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Amy L. Brandzel
Assistant Professor
American Studies and Women Studies

University of New Mexico

Below are just a few of the many wonderful graduate students that I have the pleasure of working with here at UNM (in alphabetical order).

Jara Carrington, Ph.D. candidate in Anthropology

Jara received her B.A. from the University of North Texas (UNT) in Psychology (2004), and she went on to complete her M.A. in Applied Anthropology (2007) also at UNT. Jara is presently a Ph.D. candidate in Ethnology and Linguistic Anthropology at the University of New Mexico (UNM). Her research interests focus on the intersections between sexuality, immigration and the shifting politics of citizenship and belonging in the United States. Jara’s dissertation project is an ethnographic study of how the discursive category “binational same sex couple” attempts to tie individuals with differing nationalities in same sex relationships to the U.S. state, to other binational same sex couples, and to each other. She engages queer and feminist theories, cultural studies, and anthropological analyses of gender, sexuality, and citizenship in order to tease out the cultural logics of inclusion and exclusion in the United States. Jara is currently undertaking her dissertation research in New York City. During her Masters degree Jara worked for Human Rights Initiative, a non-profit organization in Dallas, TX that provides free legal and social services to immigrants (2004-2007). In 2007, she was awarded the Louise Lamphere Research Fellowship in the UNM Anthropology department. She has worked as a graduate assistant in the UNM Anthropology department from 2008-2010, collaborating with two professors for Cultures of the World and one professor for Anthropology of the Caribbean. She also continued to assist Dr. Louise Lamphere with the New Mexico Oral Histories Project through 2010 as a project coordinator. Jara was awarded the 2010 Frieda Butler Award by the UNM Anthropology department. She has presented her work at the American Anthropological Association’s national conference, the annual meeting of the Society for Applied Anthropology, the National Women Studies’ Association as well as in various non-academic contexts. You can contact Jara at jmc0150@unm.edu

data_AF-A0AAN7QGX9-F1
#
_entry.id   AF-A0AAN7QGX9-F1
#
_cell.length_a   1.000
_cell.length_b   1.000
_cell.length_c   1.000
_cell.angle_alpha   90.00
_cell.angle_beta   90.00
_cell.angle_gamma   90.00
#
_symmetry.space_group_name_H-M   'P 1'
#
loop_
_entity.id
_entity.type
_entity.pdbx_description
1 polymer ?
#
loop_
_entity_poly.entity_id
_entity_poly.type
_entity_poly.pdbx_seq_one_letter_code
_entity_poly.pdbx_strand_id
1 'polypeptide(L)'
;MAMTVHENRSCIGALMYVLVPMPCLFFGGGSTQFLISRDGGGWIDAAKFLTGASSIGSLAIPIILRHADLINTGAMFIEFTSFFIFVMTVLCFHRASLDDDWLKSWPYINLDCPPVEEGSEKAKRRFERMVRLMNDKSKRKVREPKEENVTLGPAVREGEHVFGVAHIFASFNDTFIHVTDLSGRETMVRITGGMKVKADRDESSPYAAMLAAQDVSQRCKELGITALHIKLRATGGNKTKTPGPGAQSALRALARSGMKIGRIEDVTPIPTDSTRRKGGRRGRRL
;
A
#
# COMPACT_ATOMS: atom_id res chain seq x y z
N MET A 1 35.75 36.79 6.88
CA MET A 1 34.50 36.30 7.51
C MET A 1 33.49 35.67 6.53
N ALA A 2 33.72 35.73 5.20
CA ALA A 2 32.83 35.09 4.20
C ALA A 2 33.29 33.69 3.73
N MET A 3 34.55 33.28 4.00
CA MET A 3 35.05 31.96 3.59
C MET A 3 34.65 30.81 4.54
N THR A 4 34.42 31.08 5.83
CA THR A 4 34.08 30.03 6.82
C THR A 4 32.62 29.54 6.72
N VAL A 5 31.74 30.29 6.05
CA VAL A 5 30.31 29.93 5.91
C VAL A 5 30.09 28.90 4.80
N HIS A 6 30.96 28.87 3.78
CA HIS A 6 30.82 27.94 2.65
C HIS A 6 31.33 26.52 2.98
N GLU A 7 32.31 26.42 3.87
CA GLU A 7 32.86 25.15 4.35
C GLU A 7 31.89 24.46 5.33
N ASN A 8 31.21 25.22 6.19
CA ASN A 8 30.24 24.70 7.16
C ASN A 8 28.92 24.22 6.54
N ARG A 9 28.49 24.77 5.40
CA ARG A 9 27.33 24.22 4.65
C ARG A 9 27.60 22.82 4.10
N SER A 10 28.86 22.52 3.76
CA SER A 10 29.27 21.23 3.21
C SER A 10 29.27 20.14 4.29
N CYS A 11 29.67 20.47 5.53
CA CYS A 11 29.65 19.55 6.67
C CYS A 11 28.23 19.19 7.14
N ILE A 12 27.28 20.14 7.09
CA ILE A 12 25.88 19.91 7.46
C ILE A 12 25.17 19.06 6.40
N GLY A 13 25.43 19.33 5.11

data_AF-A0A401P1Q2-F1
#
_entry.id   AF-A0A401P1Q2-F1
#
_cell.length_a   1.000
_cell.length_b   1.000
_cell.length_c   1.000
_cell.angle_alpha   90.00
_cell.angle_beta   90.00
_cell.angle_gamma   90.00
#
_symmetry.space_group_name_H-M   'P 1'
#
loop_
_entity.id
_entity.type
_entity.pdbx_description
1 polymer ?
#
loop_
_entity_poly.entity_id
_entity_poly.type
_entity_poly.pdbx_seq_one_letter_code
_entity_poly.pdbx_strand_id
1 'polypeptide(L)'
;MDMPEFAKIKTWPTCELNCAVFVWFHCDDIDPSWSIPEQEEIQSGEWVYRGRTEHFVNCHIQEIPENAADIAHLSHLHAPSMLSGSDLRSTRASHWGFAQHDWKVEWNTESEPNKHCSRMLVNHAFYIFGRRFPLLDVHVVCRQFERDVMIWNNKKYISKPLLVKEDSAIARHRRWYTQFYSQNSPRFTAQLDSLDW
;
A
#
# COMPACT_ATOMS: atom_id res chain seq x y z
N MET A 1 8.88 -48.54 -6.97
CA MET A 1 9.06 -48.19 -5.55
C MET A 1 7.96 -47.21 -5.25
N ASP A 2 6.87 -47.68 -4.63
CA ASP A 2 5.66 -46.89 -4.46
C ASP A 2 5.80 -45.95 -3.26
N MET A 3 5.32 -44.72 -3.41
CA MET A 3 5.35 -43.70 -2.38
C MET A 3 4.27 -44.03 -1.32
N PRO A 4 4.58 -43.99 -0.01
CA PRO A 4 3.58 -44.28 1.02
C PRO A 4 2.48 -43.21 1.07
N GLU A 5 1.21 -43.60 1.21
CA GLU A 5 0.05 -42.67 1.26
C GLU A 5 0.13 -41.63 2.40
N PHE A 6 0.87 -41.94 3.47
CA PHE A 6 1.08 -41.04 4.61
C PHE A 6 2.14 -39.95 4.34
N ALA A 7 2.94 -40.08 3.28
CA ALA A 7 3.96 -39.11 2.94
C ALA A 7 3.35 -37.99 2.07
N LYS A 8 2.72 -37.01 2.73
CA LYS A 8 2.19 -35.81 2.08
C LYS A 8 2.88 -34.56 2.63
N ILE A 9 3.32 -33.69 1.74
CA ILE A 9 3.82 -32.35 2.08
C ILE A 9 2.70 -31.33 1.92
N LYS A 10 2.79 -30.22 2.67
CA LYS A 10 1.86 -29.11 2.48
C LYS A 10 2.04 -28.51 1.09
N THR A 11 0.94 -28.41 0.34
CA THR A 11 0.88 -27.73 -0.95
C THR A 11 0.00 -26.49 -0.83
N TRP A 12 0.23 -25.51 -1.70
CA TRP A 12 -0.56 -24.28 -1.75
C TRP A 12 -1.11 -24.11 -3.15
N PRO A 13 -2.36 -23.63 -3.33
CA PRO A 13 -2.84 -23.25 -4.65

V. Gina Díaz, Ph.D. student in American Studies

Gina began the Ph.D. program in American Studies at the University of New Mexico in 2009 while she was still working as the Senior Curator at the National Hispanic Cultural Center Art Museum. She earned her M.A. in Museum Studies at John F. Kennedy University (Berkeley, CA) in 2005 and her B.A. in American Studies at the University of California, Santa Cruz in 2000. Her research interests are racialized genders and sexualities, art and visual culture, critical museum studies, postcolonial queer studies, and performance studies. Gina is a Ford Foundation Predoctoral Fellow. She has taught Introduction to Popular Culture for the American Studies Department and has developed upper-division courses for the Chicano, Hispano, Mexicano Studies Program including Raza Genders and Sexualities and Latino Museum Studies. A curator of the Southwest Gay and Lesbian Film Festival Women of Color Shorts program, she also volunteers with Young Women United and Weaving Ourselves Whole, both Albuquerque-based feminist groups. You may contact Gina Díaz by email at ginadiaz@unm.edu

Jessica Fisken-Harkins, Ph.D. student in American Studies